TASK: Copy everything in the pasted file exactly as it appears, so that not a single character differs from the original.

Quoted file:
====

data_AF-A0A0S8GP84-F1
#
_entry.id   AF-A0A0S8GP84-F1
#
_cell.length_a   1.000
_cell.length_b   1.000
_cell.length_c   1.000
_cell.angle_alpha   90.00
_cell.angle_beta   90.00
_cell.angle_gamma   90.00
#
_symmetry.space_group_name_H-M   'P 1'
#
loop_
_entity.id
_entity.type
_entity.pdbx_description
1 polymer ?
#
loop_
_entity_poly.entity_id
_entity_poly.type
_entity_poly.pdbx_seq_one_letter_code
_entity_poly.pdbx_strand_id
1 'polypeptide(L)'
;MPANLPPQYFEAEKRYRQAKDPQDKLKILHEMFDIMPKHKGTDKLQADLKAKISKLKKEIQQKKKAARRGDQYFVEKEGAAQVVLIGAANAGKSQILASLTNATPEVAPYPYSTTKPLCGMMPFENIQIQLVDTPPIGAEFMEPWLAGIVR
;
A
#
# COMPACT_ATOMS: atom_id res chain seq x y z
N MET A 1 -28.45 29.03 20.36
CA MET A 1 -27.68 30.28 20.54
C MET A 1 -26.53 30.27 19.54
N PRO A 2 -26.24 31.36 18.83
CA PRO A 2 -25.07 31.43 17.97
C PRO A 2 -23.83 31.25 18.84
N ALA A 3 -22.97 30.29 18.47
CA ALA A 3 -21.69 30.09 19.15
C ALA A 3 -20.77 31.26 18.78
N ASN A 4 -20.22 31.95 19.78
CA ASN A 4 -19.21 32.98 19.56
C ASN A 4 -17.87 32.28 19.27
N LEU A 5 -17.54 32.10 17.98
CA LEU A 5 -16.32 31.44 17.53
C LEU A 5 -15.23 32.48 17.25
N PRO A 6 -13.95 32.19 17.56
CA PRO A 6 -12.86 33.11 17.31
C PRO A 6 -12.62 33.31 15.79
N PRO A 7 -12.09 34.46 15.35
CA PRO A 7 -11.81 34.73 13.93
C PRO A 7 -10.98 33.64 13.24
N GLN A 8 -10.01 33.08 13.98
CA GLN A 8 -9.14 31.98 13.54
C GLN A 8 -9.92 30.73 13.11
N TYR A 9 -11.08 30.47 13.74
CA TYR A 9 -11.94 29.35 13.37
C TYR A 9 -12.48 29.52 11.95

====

data_AF-A0A0S8GP84-F1
#
_entry.id   AF-A0A0S8GP84-F1
#
_cell.length_a   1.000
_cell.length_b   1.000
_cell.length_c   1.000
_cell.angle_alpha   90.00
_cell.angle_beta   90.00
_cell.angle_gamma   90.00
#
_symmetry.space_group_name_H-M   'P 1'
#
loop_
_entity.id
_entity.type
_entity.pdbx_description
1 polymer ?
#
loop_
_entity_poly.entity_id
_entity_poly.type
_entity_poly.pdbx_seq_one_letter_code
_entity_poly.pdbx_strand_id
1 'polypeptide(L)'
;MPANLPPQYFEAEKRYRQAKDPQDKLKILHEMFDIMPKHKGTDKLQADLKAKISKLKKEIQQKKKAARRGDQYFVEKEGAAQVVLIGAANAGKSQILASLTNATPEVAPYPYSTTKPLCGMMPFENIQIQLVDTPPIGAEFMEPWLAGIVR
;
A
#
# COMPACT_ATOMS: atom_id res chain seq x y z
N MET A 1 -28.45 29.03 20.36
CA MET A 1 -27.68 30.28 20.54
C MET A 1 -26.53 30.27 19.54
N PRO A 2 -26.24 31.36 18.83
CA PRO A 2 -25.07 31.43 17.97
C PRO A 2 -23.83 31.25 18.84
N ALA A 3 -22.97 30.29 18.47
CA ALA A 3 -21.69 30.09 19.15
C ALA A 3 -20.77 31.26 18.78
N ASN A 4 -20.22 31.95 19.78
CA ASN A 4 -19.21 32.98 19.56
C ASN A 4 -17.87 32.28 19.27
N LEU A 5 -17.54 32.10 17.98
CA LEU A 5 -16.32 31.44 17.53
C LEU A 5 -15.23 32.48 17.25
N PRO A 6 -13.95 32.19 17.56
CA PRO A 6 -12.86 33.11 17.31
C PRO A 6 -12.62 33.31 15.79
N PRO A 7 -12.09 34.46 15.35
CA PRO A 7 -11.81 34.73 13.93
C PRO A 7 -10.98 33.64 13.24
N GLN A 8 -10.01 33.08 13.98
CA GLN A 8 -9.14 31.98 13.54
C GLN A 8 -9.92 30.73 13.11
N TYR A 9 -11.08 30.47 13.74
CA TYR A 9 -11.94 29.35 13.37
C TYR A 9 -12.48 29.52 11.95